Thus also by way of amplification, Mark and Luke add, in this adulterous and sinful generation; the meaning of which is, that we must not imagine our labor to be lost, because there is a want of proper disposition in our hearers. Now if any one is not sufficiently moved by the promise, it is followed by an awful threatening. When Christ shall make his appearance to judge the world, he will deny all who have basely denied him before men Let the enemies of the cross now go away, and flatter themselves in their hypocrisy, when Christ blots their names out of the book of life: for whom will God acknowledge as his children at the last day, but those who are presented to him by Christ? But he declares that he will bear witness against them, that they may not insinuate themselves on false grounds. When it is said that Christ will come in the glory of the Father and of the angels, the meaning is, that his divine glory will then be fully manifested; and that the angels, as they now surround the throne of God, will render their services to him by honoring his majesty. The passage from the twelfth chapter of Luke's Gospel corresponds to the text of Matthew. What we have inserted out of the ninth chapter, and out of Mark, appears to have been spoken at another time: but as the doctrine is quite the same, I have chosen to introduce them together.
Luke 12:51. Do you suppose that I came to send peace on the earth? What Christ has now demanded from his disciples any one of them would reckon it an easy matter to give, if the whole world, with one consent, embraced the doctrine of the Gospel. But as a considerable part of the world not only opposes but fights keenly against it, we cannot confess Christ without encountering the resistance and hatred of many. Christ therefore warns his followers to prepare for battle, for they must necessarily fight for the testimony of truth. And here he meets two stumbling-blocks, which otherwise would greatly have distressed weak minds. The prophets everywhere promise that there will be peace and tranquillity under the reign of Christ. What then were his disciples entitled to expect but that, wherever they went, all would instantly be at peace? Now as Christ is called our peace, (Ephesians 2:14,) and as the Gospel reconciles us to God, it follows, that he also establishes a brotherly harmony amongst us. The kindling of wars and contentions in the world where the Gospel is preached, does not seem to agree with the predictions of the prophets, and still less with the office of Christ, and with the nature of the Gospel.
But that peace which the prophets describe in lofty terms, is associated with faith, and has no existence but among the sincere worshippers of God, and in the consciences of the godly. To unbelievers it does not come, though it is offered to them; nay, they cannot endure to be reconciled to God: and the consequence is, that the message of peace excites in them a greater tumult than before. As Satan, who holds a kingly power over the reprobate, is furious against the name of Christ, as soon as the doctrine of the Gospel is proclaimed to them, their impiety, which formerly lay asleep, acquires fresh vigor. Thus Christ, who properly speaking, is the author of peace, becomes the occasion of disturbances in consequence of the wickedness of men.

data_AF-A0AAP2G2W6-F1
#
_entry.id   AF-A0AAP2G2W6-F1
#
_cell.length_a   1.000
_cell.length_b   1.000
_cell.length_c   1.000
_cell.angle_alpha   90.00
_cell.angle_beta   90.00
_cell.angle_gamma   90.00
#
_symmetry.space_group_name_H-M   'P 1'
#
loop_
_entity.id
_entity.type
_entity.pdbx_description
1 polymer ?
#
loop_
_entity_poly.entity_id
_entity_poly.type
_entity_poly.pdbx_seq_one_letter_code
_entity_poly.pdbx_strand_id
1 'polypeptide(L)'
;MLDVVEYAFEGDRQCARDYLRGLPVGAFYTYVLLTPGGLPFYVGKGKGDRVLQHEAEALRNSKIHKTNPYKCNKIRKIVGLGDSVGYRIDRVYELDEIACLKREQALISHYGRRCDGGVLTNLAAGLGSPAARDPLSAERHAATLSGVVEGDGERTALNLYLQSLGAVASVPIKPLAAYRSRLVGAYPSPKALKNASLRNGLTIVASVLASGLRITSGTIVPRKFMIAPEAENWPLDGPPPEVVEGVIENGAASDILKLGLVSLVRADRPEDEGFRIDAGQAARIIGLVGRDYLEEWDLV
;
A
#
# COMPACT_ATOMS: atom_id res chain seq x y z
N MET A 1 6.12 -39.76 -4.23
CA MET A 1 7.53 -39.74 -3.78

Let us hence learn how great is the depravity of corrupt nature, which not only soils a gift so inestimable, but changes it into a most destructive evil. Meanwhile, if tumults arise at the commencement of the reign of Christ, let us not be alarmed at it, as if it were strange or unusual: for he compares his Gospel to a sword, and says that it is diamerismos, separation Some think that this is intended to describe the punishment which was inflicted on the despisers of the Gospel, by their rising in hostility against each other. But the context shows, that Christ is here exhorting his disciples to perseverance, though a good part of the world should be at variance with them, and though their voice should be like a war-trumpet to call innumerable enemies to arms.
Matthew 10:35 To set a man at variance Hence we see more clearly what was stated a little before, that wars and tumults arise, contrary to the nature of the Gospel, through the fault of wicked men. What Malachi says about John the Baptist, [4:5,6] applies to all the ministers of Christ. They are sent for this purpose to turn the hearts of the fathers to the children, and the hearts of the children to the fathers. But in consequence of the malice of wicked men, those who were formerly combined no sooner hear the voice of Christ than they separate into opposite parties, and proceed so far as to break up the ties of relationship. In a word, Christ foretells that the world will come to such a state of confusion, that all the bonds of kindred will be treated with indifference, and humanity will be no longer regarded. When Micah complains [7:6] that a man's enemies are the men of his own house, he deplores it as a state of extreme and ruinous corruption. Christ declares that the same thing will happen when his doctrine shall be published, which otherwise could not have been believed. At the same time, he does not mean that this will uniformly take place, as certain fretful persons foolishly imagine that it will be impossible for them to be good disciples without forsaking parents, children, and wives. On the contrary, every lawful bond of union is confirmed by unity of faith: only Christ warns his followers, that when it does happen, they must not be alarmed.